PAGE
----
Friday, June 11, 2004

The Political Economy of Genocide Denial

A reader sent this excellent link which fisks (in very effective and original fashion) Chomsky's Nation article in which he denied the Khmer Rouge's slaughter of over a million of its own citizens. While this may not reach the level of Holocaust Denial (it took him a few more years to get there), at least in terms of body count, it is nonetheless one of the most horrendous intellectual atrocities of the twentieth century. In my opinion, it ranks with Heidegger's embrace of Nazism and the legions of intellectuals who genuflected before Stalin to the ugly, bitter end.

The fisk continues here, with a recent example of the most appalling aspect of this case: Chomsky's continued refusal to acknowledge his collaboration with political evil and his vicious assaults on those who would call him to account:

Dear Editor:
Anthony Lewis writes (June 23) that I "refused to believe what was going on in Cambodia," and "put the reports of killing down to a conspiratorial effort by American politicians and press to destroy the Cambodian revolution." The second charge is an invention. The first is his rendition of my suggestion that in dealing with horrendous crimes, one should try to keep to the truth, whoever the agent: for Cambodia, that means during both halves of the "decade of genocide," as the years 1969-79 are described in the one governmental inquiry (Finland). At the time I reviewed these and many other cases, including the "grisly" record of Khmer Rouge "barbarity."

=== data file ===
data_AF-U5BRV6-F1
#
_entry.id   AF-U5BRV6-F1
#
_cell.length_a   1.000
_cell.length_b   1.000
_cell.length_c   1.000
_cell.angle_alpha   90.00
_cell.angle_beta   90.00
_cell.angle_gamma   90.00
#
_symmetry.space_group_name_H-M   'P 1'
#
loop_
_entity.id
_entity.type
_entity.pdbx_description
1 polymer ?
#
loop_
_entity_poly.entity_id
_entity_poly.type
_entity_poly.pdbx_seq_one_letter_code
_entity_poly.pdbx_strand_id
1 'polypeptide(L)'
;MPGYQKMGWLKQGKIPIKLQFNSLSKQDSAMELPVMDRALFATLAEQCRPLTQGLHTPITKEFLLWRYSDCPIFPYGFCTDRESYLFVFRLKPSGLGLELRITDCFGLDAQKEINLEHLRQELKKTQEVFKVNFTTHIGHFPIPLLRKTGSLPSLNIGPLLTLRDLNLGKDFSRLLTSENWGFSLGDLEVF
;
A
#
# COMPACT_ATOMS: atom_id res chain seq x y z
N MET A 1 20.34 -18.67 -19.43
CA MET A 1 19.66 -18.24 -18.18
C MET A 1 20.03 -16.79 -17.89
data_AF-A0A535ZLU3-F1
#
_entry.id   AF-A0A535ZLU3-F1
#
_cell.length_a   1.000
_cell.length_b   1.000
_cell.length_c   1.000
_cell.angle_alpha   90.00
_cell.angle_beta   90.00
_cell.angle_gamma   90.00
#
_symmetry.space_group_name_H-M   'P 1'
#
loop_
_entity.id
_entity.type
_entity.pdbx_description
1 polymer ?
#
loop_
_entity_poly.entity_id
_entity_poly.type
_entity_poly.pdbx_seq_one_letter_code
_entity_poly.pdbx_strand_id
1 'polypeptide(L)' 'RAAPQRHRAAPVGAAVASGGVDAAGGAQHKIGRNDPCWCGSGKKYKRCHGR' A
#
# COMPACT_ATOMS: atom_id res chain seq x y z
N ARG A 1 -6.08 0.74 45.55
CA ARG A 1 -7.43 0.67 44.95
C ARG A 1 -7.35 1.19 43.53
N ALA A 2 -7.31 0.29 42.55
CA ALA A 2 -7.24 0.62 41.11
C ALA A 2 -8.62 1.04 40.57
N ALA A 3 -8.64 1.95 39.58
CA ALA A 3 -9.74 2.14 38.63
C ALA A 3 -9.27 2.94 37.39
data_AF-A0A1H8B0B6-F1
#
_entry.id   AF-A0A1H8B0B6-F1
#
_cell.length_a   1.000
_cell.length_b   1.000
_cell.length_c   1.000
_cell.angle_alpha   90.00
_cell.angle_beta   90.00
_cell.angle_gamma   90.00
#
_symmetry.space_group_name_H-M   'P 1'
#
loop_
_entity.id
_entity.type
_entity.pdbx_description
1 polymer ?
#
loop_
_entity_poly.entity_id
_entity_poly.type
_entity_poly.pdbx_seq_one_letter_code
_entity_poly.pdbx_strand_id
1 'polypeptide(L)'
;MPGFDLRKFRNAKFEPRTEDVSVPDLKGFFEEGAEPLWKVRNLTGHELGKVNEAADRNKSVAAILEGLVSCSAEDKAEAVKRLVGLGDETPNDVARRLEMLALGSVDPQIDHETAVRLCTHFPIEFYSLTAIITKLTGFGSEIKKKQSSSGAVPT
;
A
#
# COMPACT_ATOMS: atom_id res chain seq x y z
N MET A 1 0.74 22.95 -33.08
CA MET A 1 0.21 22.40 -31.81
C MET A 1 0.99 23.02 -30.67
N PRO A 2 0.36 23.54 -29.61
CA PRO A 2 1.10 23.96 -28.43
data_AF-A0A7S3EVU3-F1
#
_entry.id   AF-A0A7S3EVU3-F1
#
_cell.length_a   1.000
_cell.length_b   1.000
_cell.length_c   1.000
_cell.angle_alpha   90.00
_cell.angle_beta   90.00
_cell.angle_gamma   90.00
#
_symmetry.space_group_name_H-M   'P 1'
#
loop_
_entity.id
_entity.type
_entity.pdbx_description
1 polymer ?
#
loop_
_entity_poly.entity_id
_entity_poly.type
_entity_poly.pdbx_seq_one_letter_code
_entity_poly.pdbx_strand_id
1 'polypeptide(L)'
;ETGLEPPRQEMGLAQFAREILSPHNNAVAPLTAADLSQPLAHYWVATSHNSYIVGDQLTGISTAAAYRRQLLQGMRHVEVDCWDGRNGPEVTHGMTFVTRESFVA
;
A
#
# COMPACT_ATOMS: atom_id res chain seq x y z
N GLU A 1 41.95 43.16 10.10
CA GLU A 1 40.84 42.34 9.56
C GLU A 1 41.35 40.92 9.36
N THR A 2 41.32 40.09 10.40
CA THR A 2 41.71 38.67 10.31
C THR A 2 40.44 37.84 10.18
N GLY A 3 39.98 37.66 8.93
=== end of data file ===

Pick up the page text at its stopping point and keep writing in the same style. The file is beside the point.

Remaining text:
More interesting than the invented charges is what Lewis omits: my comparison of two huge crimes of 1975-1978, Cambodia and East Timor. The cases are not identical. There was no constructive proposal as to how to end or even mitigate Pol Pot's crimes (as a check of Lewis's columns will illustrate). In contrast, there were easy ways to respond to the crimes in Timor, apparently the worst slaughter relative to population since the Holocaust: by withdrawing the decisive US military and diplomatic support for them. The reaction to the two cases is instructive, as is Lewis's conclusion that by describing Khmer Rouge crimes as comparable to those in Timor I was denying these crimes.

Noam Chomsky

In fact of course, he did not at first describe the Khmer Rouge crimes as comparable to those in Timor. In his 1977 article [1] he compared them to the French resistance against the Nazis and never mentioned Timor. In his 1979 book [11x] he compared them to the US occupation of Japan, and ridiculed the suggestion that they were comparable to the Indonesian occupation of East Timor.

This illustrates quite well one of the ugliest aspects of Chomsky's work; his relentless refusal to adhere to the most elementary standards of truth and good faith argument. On its own it would be merely reprehensible, the fact that it is employed in defense of mass political slaughter is simply chilling.

There will be more on this subject soon.